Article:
San José Gateway PhD Candidate Garners Accolades from Purdue University Libraries
Receiving an award from the Queensland University of Technology for his research paper on informed learning was just the start of honors to be bestowed upon San José Gateway PhD student Clarence Maybee.
Receiving an award from the Queensland University of Technology (QUT) for his research paper on informed learning was just the start of honors to be bestowed upon Clarence Maybee, a doctoral student in the San José Gateway PhD program.
His award-winning paper, “Learning to use information: Informed learning in the undergraduate classroom,” which was co-authored with Dr. Christine Bruce and Dr. Mandy Lupton from QUT, and Dr. Kristen Rebmann from the San José State University School of Information (iSchool), recently received the Purdue University Libraries Award for Research. The prestigious research award recognizes scholarship which exemplifies excellence in library and information science for an outstanding research paper that has been published in the last four years.
Maybee is fascinated with how students experience information literacy, and hopes his work will inform instructional strategies that help students engage with information as they learn. He was thrilled to find out he had won the very first research award ever granted by Purdue University Libraries. He excitedly said, “It was a great honor to receive the award from the Purdue Libraries acknowledging the recognition my research has received, as well as the innovative approach it takes in exploring information literacy as a part of classroom learning.”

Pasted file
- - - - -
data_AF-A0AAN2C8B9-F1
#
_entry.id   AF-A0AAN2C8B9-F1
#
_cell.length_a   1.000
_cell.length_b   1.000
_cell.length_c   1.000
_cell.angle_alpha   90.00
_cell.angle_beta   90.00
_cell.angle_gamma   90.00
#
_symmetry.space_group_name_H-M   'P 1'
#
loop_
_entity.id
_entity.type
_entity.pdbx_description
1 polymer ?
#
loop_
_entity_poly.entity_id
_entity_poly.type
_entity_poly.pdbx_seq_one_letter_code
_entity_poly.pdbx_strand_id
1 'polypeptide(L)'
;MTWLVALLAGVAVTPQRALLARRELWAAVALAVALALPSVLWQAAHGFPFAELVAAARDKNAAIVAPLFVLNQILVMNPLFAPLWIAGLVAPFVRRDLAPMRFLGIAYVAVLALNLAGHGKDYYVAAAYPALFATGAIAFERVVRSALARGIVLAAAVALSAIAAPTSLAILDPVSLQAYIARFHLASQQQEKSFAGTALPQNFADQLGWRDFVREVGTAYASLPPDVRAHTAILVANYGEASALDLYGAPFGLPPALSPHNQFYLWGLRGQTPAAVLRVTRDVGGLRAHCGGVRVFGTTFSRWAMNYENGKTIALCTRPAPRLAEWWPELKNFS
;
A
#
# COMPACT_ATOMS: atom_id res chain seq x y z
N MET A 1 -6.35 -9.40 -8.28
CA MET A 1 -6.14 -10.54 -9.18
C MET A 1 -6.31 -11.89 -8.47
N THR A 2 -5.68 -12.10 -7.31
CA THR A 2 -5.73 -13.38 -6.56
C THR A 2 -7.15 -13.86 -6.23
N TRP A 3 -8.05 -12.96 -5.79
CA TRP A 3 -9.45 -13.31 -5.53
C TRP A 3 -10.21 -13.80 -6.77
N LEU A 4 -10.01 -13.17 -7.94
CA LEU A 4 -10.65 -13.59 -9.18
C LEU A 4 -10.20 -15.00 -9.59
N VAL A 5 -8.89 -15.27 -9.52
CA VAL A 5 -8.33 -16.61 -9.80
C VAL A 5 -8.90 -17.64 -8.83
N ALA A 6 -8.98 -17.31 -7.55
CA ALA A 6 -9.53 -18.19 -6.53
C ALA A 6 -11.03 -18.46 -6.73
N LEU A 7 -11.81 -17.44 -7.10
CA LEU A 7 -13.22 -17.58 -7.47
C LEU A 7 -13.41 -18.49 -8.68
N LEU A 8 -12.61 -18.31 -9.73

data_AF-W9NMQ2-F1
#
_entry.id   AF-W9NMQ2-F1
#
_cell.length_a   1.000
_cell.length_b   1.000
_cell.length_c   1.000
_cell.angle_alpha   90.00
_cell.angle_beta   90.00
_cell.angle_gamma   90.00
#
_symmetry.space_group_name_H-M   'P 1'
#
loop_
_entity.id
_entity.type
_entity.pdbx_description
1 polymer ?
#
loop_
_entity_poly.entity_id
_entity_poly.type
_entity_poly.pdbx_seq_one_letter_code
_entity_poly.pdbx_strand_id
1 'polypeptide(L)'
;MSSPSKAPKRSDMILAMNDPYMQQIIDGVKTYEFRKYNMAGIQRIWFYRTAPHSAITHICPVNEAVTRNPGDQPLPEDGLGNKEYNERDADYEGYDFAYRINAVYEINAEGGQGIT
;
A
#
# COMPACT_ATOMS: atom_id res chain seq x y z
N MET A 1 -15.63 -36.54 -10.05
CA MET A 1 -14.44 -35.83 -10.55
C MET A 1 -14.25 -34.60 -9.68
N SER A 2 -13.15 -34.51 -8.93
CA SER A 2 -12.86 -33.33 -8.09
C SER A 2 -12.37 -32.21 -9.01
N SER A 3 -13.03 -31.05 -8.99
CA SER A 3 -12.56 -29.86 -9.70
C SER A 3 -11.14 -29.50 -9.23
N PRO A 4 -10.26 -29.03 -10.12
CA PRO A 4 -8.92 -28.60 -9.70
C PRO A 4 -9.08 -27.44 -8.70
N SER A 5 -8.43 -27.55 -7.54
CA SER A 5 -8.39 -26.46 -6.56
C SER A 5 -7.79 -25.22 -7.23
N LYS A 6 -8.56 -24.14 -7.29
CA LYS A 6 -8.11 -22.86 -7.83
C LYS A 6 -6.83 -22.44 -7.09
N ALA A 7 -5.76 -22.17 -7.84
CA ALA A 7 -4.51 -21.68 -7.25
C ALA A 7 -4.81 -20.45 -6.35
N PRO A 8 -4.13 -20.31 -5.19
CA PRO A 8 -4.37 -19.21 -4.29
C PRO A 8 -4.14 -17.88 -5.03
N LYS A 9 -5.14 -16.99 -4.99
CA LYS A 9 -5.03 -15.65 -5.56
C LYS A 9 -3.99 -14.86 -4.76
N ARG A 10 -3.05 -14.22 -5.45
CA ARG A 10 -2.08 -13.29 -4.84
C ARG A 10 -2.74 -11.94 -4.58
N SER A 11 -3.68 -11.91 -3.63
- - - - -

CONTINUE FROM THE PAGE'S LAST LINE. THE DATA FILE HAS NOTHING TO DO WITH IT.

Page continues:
[(Clarence Maybee is pictured left with Dr. Mandy Lupton during his final seminar in the San José Gateway PhD program.)
Maybee, who works as an assistant professor at the Purdue University Libraries, also received the 2015 John H. Moriarty Award for Excellence in Library Service. He has been teaching information literacy at Purdue University since 2011, and said he is “delighted to be recognized for my contributions to Purdue Libraries’ goals for information literacy and learning.”
Maybee is also currently studying information literacy in faculty development programs, as well as data literacy frameworks in higher education. He presented his final seminar in April 2015 as part of the San José Gateway PhD program, a primarily online program offered in a partnership between QUT and the San José State University iSchool, and is currently awaiting degree confirmation. He is a 2005 graduate of the iSchool’s Master of Library and Information Science degree program.